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Willard Bunnell House
The Willard Bunnell House from the west
Location 36106 Old Homer Road, Homer, Minnesota
Area 1 acre (0.40 ha)
Built c. 1850s
Architect Willard Bunnell
Architectural style Carpenter Gothic
NRHP reference No. 73000998
Added to NRHP April 23, 1973

The Willard Bunnell House is a historic house museum in Homer, Minnesota, United States. The house was listed on the National Register of Historic Places in 1973 for having state-level significance in the themes of architecture, commerce, and exploration/settlement. It was nominated for being Minnesota's first permanent house south of Saint Paul, as well as for its Gothic Revival architecture and association with brothers Willard (1814–1861) and Lafayette Bunnell (1824–1903), who helped develop the area during its frontier days. It is now managed by the Winona County Historical Society.


The Willard Bunnell House is located three miles (4.8 km) east of Winona, Minnesota, overlooking U.S. Route 61 and the Mississippi River. It is a simple board-and-batten structure of unpainted eastern white pine. It is in the Carpenter Gothic style, with triangle-peaked windows and shutters, and carved bargeboards. However the house also has unusual features more typical of architecture in the Ohio and Lower Mississippi River Valleys, such as a two-story veranda and a flat-roofed rear wing.


Willard Bunnell was born in 1814 and rose from cabin boy to captain in the Great Lakes steamboat trade. He married Matilda Desnoyer in 1837 in Detroit, and became involved in efforts to open up the American frontier. He helped survey a military road from Detroit to Mackinaw, then began trading with the Ojibwe people around the Escanaba River.

In 1841 Willard and Matilda Bunnell, along with his younger brother Lafayette, traveled to the Upper Mississippi River, ultimately settling in Trempealeau, Wisconsin. From 1845 to 1846 Lafayette Bunnell was involved in logging and timber rafting on the Chippewa River, a short-lived effort that nevertheless presaged what would become the founding industry of the region. The brothers also helped build the first sawmill on the Eau Claire River, which would give rise to the city of Eau Claire, Wisconsin.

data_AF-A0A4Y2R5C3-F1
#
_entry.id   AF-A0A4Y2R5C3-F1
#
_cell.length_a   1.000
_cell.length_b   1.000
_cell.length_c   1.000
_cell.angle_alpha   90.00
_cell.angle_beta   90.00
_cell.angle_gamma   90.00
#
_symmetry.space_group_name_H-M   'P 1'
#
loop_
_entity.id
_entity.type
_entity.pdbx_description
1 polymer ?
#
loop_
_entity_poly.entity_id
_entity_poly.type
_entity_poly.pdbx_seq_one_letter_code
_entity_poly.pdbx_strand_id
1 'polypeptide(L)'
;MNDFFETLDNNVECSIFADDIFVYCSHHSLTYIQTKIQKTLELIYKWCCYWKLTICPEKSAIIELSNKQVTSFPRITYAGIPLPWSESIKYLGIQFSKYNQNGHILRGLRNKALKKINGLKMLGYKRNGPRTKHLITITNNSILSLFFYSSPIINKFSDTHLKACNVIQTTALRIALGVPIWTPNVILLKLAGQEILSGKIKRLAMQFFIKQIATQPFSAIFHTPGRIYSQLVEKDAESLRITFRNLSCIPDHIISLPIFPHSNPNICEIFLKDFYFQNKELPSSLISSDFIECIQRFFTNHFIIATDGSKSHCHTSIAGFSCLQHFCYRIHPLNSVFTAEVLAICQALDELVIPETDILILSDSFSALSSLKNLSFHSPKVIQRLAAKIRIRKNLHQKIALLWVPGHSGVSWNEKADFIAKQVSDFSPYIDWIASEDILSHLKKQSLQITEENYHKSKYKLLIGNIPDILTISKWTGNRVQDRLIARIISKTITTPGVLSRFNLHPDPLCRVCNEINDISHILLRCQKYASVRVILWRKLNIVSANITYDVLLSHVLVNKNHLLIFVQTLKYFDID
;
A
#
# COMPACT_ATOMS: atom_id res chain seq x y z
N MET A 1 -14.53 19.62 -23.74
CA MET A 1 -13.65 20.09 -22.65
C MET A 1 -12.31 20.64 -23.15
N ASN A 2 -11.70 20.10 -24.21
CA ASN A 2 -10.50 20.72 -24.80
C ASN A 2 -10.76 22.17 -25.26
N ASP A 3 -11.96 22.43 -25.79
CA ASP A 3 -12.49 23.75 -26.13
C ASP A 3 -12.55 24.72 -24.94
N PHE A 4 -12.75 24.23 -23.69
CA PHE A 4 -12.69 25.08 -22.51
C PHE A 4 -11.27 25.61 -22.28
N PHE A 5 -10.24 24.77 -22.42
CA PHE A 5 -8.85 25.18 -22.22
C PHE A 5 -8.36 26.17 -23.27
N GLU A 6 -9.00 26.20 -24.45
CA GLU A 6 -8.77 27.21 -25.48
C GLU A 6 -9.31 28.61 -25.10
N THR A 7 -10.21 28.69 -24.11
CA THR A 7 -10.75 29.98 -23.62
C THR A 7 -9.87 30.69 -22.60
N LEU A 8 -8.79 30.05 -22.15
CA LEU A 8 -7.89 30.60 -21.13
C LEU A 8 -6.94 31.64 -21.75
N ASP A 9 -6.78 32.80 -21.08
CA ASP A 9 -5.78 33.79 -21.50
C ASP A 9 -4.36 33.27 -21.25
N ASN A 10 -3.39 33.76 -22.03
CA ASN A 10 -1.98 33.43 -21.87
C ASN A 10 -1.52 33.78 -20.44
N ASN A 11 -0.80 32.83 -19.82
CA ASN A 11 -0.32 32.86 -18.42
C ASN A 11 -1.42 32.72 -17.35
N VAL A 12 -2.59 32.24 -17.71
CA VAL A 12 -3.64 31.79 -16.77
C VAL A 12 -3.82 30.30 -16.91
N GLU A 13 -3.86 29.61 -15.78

In the late 1840s Lafayette returned east and entered military service, while Willard remained on the Upper Mississippi. The land across the river was still the territory of the Dakota people and was closed to Euro-American settlement, but Willard anticipated a change and gained permission from Chief Wapasha III to build a log cabin on the west bank of the Mississippi.

In 1852, following the Treaty of Traverse des Sioux, much of Minnesota Territory opened to white settlement. Over the next few years Willard Bunnell helped found three new towns—Minneowah, Chatfield, and Homer—largely out of the expectation that Winona would fail because he judged the site prone to flooding. However floods did not trouble Winona and the community prospered, while Bunnell's alternatives remained small.

Sometime during this period Williard also built a new, grander home beside his and Matilda's original log cabin—the house that is still standing today. The house may have been unfinished when Willard died in 1861. His brother Lafayette, having served as a surgeon in the Mexican–American War, the Mariposa War, and the Civil War, and been involved in the first Euro-American exploration of the Yosemite Valley, took up residence in the house in 1865 and lived there until his own death in 1903.

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